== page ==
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Market of overseas top fruit difficult due to large stocks

This year, the market for overseas top fruit is considerably worse than last year, according to Jan Marc Schulz of SFI. The full stocks of European apples and pears of the harvest of 2018 are playing a role in disappointing demand for imported top fruit and its pricing. “It’s considerably more difficult to sell, at prices that are considerably worse and don’t cover the costs of overseas import.”

Because of market developments, overseas traders are reluctant to export top fruit to Europe. “Prices unfortunately don’t reflect what you’d expect from the volumes,” Jan Marc says.


Apple orchard in New Zealand 

It’s the reason the exporters of the southern hemisphere – just like in recent years – are increasingly forced to choose different markets. Chile, for example, exports more and more to Asia. “We have to be careful this doesn’t become a structural problem.” Jan Marc mentions that besides Asia, the US is also still a big market that buys a good amount of product, and Latin America is now also capable of buying a significant amount. For the northern hemisphere, he says China is producing more and more top fruit themselves, so that this market could eventually be lost.

Keeping out unwanted fruit
At the moment, there’s overseas top fruit from New Zealand, Argentina, South Africa and Chile on the market. Regarding quality, the year’s average to good, according to Jan Marc. “We shouldn’t forget the overseas trade is inspected by the KCB upon arrival. So when it doesn’t meet the EU’s standards, it won’t be allowed on the European market. That’s different for fruit grown within the EU, there’s less control on that.” Jan Marc has a clear opinion about this. “The inspections upon arrival are this strict, because as a region with its own production, it’s in the EU’s interest to keep volume from outside the EU out without getting a reputation of being protectionist.”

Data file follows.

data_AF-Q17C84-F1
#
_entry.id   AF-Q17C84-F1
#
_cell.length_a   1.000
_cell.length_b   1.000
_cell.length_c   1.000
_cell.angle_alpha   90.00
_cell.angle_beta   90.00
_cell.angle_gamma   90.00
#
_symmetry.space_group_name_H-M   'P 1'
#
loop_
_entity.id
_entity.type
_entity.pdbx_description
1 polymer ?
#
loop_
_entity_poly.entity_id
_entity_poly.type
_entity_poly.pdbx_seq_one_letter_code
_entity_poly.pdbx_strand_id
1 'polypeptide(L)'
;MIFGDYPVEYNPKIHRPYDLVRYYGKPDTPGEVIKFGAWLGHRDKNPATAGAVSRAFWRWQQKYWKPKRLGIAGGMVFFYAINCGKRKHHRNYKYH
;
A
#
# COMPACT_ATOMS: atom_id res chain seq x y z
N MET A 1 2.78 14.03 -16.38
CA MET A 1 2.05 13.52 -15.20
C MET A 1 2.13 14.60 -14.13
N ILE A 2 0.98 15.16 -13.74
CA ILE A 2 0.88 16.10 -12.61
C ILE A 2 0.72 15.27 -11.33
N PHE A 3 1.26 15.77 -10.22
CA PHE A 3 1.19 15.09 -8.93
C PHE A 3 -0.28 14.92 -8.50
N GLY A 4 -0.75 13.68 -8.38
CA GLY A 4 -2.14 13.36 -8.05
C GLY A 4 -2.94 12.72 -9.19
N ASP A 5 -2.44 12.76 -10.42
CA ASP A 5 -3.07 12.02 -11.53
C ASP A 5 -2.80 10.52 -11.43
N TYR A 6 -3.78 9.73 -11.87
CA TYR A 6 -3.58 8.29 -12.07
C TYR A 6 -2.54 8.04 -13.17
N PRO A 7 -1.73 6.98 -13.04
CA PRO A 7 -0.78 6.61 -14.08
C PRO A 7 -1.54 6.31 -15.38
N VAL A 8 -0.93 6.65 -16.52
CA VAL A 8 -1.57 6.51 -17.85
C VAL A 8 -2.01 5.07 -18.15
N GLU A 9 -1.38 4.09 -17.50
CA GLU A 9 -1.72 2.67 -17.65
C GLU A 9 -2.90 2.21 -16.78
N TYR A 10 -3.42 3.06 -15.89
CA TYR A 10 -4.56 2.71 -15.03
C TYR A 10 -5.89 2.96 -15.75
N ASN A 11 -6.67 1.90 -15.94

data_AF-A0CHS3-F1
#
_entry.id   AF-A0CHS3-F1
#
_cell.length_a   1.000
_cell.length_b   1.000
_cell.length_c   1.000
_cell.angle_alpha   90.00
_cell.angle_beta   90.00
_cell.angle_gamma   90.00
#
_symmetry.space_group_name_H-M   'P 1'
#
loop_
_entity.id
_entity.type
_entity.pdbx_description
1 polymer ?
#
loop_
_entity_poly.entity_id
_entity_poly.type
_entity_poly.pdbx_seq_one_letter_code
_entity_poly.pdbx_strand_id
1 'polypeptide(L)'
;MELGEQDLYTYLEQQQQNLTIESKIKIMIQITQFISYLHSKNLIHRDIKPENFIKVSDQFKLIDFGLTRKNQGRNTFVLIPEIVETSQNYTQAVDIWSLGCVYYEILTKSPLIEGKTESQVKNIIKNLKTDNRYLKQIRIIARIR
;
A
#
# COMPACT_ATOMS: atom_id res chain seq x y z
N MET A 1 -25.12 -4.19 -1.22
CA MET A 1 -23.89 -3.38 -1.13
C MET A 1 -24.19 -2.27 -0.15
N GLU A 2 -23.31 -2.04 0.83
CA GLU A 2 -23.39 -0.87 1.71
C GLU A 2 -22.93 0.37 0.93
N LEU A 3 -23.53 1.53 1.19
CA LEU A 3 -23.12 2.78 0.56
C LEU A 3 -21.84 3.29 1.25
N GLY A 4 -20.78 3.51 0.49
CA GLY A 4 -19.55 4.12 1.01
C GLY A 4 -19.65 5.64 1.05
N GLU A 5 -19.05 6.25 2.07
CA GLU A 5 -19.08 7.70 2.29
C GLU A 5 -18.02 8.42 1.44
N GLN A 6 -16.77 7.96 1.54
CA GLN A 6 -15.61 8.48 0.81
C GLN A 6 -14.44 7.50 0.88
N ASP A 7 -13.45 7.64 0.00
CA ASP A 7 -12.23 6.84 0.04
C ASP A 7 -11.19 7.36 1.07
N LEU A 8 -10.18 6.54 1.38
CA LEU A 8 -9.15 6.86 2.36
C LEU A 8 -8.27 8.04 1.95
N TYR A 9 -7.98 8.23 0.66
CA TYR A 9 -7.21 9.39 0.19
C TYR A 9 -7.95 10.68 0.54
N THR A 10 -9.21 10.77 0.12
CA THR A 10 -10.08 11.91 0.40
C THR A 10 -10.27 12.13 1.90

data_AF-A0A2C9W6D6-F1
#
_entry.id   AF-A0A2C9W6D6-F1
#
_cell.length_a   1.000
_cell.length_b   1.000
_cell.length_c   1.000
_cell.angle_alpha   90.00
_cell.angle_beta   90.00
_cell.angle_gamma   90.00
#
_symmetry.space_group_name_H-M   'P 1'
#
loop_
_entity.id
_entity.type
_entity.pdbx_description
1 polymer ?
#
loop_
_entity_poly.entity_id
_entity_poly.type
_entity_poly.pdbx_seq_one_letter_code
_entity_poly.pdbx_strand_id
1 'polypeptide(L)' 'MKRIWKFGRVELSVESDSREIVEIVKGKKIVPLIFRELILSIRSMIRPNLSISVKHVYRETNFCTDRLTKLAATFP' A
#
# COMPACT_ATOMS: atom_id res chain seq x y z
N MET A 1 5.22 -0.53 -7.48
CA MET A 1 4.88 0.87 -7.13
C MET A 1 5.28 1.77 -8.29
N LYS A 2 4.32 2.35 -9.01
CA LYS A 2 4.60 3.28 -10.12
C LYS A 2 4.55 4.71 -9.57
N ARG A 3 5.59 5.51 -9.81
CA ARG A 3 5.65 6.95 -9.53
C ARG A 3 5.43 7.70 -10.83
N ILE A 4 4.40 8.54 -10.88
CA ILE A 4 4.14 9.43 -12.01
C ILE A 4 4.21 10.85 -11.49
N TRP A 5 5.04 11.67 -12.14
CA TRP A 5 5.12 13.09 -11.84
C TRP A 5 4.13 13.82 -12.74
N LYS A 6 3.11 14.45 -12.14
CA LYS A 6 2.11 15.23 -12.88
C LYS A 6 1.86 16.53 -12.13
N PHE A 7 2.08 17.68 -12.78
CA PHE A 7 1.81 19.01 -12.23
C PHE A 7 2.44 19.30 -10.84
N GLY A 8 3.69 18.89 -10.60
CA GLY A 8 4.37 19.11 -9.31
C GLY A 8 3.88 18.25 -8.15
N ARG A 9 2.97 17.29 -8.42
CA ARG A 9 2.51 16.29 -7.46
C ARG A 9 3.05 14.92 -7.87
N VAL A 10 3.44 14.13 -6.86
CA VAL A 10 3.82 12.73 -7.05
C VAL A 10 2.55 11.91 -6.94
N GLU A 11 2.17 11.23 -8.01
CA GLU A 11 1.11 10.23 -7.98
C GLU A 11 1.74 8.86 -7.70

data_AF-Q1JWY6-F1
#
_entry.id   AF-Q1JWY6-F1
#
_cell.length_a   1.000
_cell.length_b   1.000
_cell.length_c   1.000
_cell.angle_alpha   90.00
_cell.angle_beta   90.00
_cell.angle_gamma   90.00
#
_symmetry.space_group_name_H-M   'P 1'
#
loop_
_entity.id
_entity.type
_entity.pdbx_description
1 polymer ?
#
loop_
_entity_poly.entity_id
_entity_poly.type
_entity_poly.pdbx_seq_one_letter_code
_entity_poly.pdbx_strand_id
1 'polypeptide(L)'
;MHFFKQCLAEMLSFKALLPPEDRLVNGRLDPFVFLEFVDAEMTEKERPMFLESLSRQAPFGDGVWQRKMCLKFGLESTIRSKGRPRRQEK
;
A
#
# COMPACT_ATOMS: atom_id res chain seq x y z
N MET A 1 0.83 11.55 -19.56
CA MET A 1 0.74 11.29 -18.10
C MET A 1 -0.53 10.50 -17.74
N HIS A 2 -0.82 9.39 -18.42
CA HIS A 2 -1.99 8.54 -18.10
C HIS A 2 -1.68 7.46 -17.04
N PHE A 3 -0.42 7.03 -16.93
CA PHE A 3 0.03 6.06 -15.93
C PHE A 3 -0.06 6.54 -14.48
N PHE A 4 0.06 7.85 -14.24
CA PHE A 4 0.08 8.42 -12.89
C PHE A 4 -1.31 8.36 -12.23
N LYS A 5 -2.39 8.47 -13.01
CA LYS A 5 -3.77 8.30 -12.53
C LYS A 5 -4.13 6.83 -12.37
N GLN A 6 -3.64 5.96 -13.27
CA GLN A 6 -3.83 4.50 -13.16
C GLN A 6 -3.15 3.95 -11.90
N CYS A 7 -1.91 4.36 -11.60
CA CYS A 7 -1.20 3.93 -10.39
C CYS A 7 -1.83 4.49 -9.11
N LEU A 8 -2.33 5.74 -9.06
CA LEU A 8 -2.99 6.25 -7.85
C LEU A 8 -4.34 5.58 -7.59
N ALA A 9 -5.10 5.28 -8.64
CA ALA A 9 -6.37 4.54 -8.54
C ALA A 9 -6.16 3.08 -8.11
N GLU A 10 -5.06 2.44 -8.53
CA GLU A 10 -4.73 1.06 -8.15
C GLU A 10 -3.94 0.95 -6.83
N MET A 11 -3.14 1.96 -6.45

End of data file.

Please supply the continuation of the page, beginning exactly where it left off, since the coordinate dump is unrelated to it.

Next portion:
The importer mentions that the volume of club varieties continues to be limited with the exception of Pink Lady, although a lot of people think club varieties are the future of top fruit. As an example, Jan Marc mentions the Evelina or the Jazz apples that are supplied via one importer per country. He indicates that despite major marketing efforts, the club varieties are often not very visible on the shelves. “Not enough is planted in that case, or it wasn’t successful enough to spread out. It continues to be a niche product. It has to taste well for consumers, as they are the ones deciding what to buy in the end.”

Plenty of choice for consumers?
Jan Marc sees the growing production in Europe as the biggest threat for the import of overseas top fruit. He thinks it’s a shame that retailers mostly choose to put fruit of the European harvest of 2018 on their shelves, so that the choice of buying fresher, overseas product is taken from the consumer. “Consumers now, in June, have the chance of eating an apple harvested on the southern hemisphere in April, but they’re given European apples from ULO cells that were harvested in August or September 2018. It would be desirable if consumers were given a choice in all supermarkets.”

Additionally, Jan Marc mentions that when it comes to food miles, research has shown that long-term storage in ULO cells results in higher carbon footprints than that of ocean transport of import fruit. He thinks politics aren’t realistically responding to that. “Consumers are becoming more and more sensitive to the fact that everything has to be produced domestically without any proof that this is actually better for the world and the climate,” Jan Marc says. It’s his opinion that this is another way to support European growers. “It’s national support and that’s not allowed, but if competitors are put in a poor light due to that manner of reporting, it eventually will work like that.” Yet he remains positive regarding the future of imported top fruit. “There’s still demand and a reason that people want to offer a fresh harvest twice a year rather than once a year.”

More information
Jan Marc Schulz
SFI Rotterdam
Marconistraat 31
3029 AG Rotterdam
jmschulz@sfifruit.com    
www.sfifruit.com 


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